Title

Mutations in prion-like domains in hnRNPA2B1 and hnRNPA1 cause multisystem proteinopathy and ALS

Authors

Hong Joo Kim, St. Jude Children’s Research Hospital
Nam Chul Kim, St. Jude Children’s Research Hospital
Yong-Dong Wang, St. Jude Children’s Research Hospital
Emily A. Scarborough, University of Pennsylvania
Jennifer Moore, St. Jude Children’s Research Hospital
Zamia Diaz, University of Pennsylvania
Kyle S. MacLea, Colorado State University - Fort Collins
Brian Freibaum, St. Jude Children’s Research Hospital
Songqing Li, St. Jude Children’s Research Hospital
Amandine Molliex, St. Jude Children’s Research Hospital
Anderson P. Kanagaraj, St. Jude Children’s Research Hospital
Robert Carter, St. Jude Children’s Research Hospital
Kevin B. Boylan, Mayo Clinic
Aleksandra M. Wojtas, Mayo Clinic
Rosa Rademakers, Mayo Clinic
Jack L. Pinkus, Harvard Medical School
Steven A. Greenberg, Harvard Medical School
John Q. Trojanowski, University of Pennsylvania
Bryan J. Traynor, University of Pennsylvania
Bradley N. Smith, University of Pennsylvania
Simon Topp, King’s College
Athina-Soragia Gkazi, King’s College
Jack Miller, King’s College
Christopher E. Shaw, King’s College
Michael Kottlors, University Children's Hospital Freiburg
Janbernd Kirschner, University Children's Hospital Freiburg
Alan Pestronk, Washington University School of Medicine in St. Louis
Yun R. Li, University of Pennsylvania
Alice Flynn Ford, University of Pennsylvania
Aaron D. Gitler, Stanford University
Michael Benatar, University of Miami
Oliver D. King, University of Massachusetts Medical SchoolFollow
Virginia E. Kimonis, University of California-Irvine
Eric D. Ross, Colorado State University - Fort Collins
Conrad C. Weihl, Washington University School of Medicine in St. Louis
James Shorter, University of Pennsylvania
J. Paul Taylor, St. Jude Children’s Research Hospital

UMMS Affiliation

Wellstone Center for FSHD

Date

3-28-2013

Document Type

Article

Medical Subject Headings

Amino Acid Sequence; Amyotrophic Lateral Sclerosis; Animals; Drosophila melanogaster; Female; Frontotemporal Dementia; HeLa Cells; Heterogeneous-Nuclear Ribonucleoprotein Group A-B; Humans; Inclusion Bodies; Male; Mice; Molecular Sequence Data; Muscular Dystrophies, Limb-Girdle; Mutant Proteins; Mutation; Myositis, Inclusion Body; Osteitis Deformans; Peptide Termination Factors; Prions; Protein Structure, Tertiary; RNA; Saccharomyces cerevisiae Proteins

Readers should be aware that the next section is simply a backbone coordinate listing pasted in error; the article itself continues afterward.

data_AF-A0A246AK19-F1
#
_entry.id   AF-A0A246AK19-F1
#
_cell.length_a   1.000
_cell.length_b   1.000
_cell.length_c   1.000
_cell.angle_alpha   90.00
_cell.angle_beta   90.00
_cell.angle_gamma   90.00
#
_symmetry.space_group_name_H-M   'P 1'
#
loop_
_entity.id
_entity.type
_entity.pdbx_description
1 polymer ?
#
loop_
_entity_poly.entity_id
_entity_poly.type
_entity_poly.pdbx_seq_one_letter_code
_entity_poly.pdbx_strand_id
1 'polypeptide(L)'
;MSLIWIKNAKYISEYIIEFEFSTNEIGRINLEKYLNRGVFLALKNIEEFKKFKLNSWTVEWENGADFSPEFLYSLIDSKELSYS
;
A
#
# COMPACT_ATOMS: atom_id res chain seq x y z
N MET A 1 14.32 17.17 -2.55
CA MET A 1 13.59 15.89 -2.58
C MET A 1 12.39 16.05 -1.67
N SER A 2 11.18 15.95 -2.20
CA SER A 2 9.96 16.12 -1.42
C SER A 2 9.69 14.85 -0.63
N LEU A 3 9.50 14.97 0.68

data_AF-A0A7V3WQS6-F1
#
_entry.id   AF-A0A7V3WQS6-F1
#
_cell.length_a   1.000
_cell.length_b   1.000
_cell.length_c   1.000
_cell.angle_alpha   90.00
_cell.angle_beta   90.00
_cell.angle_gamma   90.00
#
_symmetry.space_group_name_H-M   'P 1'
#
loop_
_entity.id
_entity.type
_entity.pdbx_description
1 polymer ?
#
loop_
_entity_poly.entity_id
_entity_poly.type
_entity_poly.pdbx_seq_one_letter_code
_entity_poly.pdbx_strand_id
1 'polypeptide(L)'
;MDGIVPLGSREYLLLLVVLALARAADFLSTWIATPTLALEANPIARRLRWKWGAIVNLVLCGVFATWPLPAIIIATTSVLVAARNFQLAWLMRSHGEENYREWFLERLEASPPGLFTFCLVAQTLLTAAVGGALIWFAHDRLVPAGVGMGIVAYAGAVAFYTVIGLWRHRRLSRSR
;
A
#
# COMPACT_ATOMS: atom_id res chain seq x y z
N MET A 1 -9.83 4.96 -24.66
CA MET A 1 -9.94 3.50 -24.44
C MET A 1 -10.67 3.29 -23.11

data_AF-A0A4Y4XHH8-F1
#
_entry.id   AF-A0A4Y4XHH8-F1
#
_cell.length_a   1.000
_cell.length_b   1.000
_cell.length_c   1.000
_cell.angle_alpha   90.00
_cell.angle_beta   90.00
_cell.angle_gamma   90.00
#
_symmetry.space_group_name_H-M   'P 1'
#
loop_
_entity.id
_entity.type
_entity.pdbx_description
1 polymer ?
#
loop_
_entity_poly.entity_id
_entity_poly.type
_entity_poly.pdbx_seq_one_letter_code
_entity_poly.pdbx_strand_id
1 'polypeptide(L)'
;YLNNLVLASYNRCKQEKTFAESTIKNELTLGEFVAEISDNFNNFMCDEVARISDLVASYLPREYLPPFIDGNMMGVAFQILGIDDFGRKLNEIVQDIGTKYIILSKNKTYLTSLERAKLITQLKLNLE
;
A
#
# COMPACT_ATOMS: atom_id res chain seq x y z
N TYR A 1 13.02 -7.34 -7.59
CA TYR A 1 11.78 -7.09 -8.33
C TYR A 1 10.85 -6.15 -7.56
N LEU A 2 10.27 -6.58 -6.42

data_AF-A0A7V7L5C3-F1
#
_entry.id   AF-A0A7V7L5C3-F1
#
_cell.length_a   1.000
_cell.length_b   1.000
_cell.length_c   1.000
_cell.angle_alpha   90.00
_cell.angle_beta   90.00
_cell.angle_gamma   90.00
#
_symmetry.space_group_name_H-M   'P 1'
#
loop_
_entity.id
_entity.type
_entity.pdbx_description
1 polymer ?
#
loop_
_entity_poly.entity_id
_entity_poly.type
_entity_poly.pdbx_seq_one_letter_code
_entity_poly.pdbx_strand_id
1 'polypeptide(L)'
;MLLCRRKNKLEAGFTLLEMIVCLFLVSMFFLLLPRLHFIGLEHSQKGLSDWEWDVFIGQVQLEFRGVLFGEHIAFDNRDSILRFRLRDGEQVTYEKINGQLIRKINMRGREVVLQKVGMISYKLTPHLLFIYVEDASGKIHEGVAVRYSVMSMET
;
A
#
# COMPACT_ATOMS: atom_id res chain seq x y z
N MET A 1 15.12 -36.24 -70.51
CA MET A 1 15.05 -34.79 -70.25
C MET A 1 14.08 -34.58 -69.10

Disciplines

Cell Biology | Developmental Biology | Molecular Biology | Molecular Genetics | Musculoskeletal Diseases | Nervous System Diseases

Abstract

Algorithms designed to identify canonical yeast prions predict that around 250 human proteins, including several RNA-binding proteins associated with neurodegenerative disease, harbour a distinctive prion-like domain (PrLD) enriched in uncharged polar amino acids and glycine. PrLDs in RNA-binding proteins are essential for the assembly of ribonucleoprotein granules. However, the interplay between human PrLD function and disease is not understood. Here we define pathogenic mutations in PrLDs of heterogeneous nuclear ribonucleoproteins (hnRNPs) A2B1 and A1 in families with inherited degeneration affecting muscle, brain, motor neuron and bone, and in one case of familial amyotrophic lateral sclerosis. Wild-type hnRNPA2 (the most abundant isoform of hnRNPA2B1) and hnRNPA1 show an intrinsic tendency to assemble into self-seeding fibrils, which is exacerbated by the disease mutations. Indeed, the pathogenic mutations strengthen a 'steric zipper' motif in the PrLD, which accelerates the formation of self-seeding fibrils that cross-seed polymerization of wild-type hnRNP. Notably, the disease mutations promote excess incorporation of hnRNPA2 and hnRNPA1 into stress granules and drive the formation of cytoplasmic inclusions in animal models that recapitulate the human pathology. Thus, dysregulated polymerization caused by a potent mutant steric zipper motif in a PrLD can initiate degenerative disease. Related proteins with PrLDs should therefore be considered candidates for initiating and perhaps propagating proteinopathies of muscle, brain, motor neuron and bone.

Rights and Permissions

Citation: Kim HJ, Kim NC, Wang YD, Scarborough EA, Moore J, Diaz Z, MacLea KS, Freibaum B, Li S, Molliex A, Kanagaraj AP, Carter R, Boylan KB, Wojtas AM, Rademakers R, Pinkus JL, Greenberg SA, Trojanowski JQ, Traynor BJ, Smith BN, Topp S, Gkazi AS, Miller J, Shaw CE, Kottlors M, Kirschner J, Pestronk A, Li YR, Ford AF, Gitler AD, Benatar M, King OD, Kimonis VE, Ross ED, Weihl CC, Shorter J, Taylor JP. Mutations in prion-like domains in hnRNPA2B1 and hnRNPA1 cause multisystem proteinopathy and ALS. Nature. 2013 Mar 28;495(7442):467-73. doi:10.1038/nature11922. Link to article on publisher's site

Related Resources

Link to Article in PubMed

PubMed ID

23455423